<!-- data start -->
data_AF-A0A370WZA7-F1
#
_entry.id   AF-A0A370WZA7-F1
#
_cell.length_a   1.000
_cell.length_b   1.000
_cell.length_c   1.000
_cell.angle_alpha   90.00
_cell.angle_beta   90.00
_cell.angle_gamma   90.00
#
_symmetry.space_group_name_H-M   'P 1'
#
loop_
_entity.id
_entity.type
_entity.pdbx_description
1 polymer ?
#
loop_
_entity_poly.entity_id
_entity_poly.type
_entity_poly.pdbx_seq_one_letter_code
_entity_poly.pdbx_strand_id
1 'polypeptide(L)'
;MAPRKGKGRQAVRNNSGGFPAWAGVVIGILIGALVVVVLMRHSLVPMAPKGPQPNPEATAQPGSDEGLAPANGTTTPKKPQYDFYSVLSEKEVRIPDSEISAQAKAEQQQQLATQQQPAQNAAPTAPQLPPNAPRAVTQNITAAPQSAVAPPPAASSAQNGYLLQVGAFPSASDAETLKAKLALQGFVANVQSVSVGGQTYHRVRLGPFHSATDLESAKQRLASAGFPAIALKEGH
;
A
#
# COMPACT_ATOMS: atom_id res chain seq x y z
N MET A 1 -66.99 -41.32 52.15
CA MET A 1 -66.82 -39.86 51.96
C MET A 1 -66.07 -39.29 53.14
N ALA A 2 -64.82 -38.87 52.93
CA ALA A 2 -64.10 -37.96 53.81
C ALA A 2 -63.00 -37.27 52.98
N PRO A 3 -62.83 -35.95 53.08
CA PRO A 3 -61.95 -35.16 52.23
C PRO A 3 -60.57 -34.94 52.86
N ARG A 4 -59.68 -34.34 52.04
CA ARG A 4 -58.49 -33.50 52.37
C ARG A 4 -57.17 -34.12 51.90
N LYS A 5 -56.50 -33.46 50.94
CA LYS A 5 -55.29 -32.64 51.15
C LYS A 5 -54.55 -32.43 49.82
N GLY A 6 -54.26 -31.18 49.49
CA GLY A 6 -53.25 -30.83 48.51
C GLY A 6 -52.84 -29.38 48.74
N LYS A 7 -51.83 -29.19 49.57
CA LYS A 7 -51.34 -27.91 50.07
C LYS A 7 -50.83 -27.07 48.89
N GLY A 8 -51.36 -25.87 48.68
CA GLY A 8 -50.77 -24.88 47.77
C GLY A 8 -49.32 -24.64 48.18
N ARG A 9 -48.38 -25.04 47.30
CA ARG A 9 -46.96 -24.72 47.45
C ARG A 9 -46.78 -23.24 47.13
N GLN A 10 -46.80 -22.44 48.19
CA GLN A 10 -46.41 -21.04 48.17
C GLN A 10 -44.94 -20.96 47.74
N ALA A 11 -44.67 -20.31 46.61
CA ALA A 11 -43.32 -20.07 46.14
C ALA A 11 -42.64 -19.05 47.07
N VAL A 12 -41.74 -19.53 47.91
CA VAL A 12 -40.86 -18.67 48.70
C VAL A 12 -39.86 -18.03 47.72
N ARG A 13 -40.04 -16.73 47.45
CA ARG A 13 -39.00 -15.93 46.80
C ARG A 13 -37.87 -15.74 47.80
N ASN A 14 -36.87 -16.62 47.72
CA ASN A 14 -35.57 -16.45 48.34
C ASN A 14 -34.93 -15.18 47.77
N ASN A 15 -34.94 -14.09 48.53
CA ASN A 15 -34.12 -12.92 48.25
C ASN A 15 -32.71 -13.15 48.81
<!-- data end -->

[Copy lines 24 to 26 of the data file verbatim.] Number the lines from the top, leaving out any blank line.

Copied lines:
_entity_poly.pdbx_strand_id
1 'polypeptide(L)'
;MAPRKGKGRQAVRNNSGGFPAWAGVVIGILIGALVVVVLMRHSLVPMAPKGPQPNPEATAQPGSDEGLAPANGTTTPKKPQYDFYSVLSEKEVRIPDSEISAQAKAEQQQQLATQQQPAQNAAPTAPQLPPNAPRAVTQNITAAPQSAVAPPPAASSAQNGYLLQVGAFPSASDAETLKAKLALQGFVANVQSVSVGGQTYHRVRLGPFHSATDLESAKQRLASAGFPAIALKEGH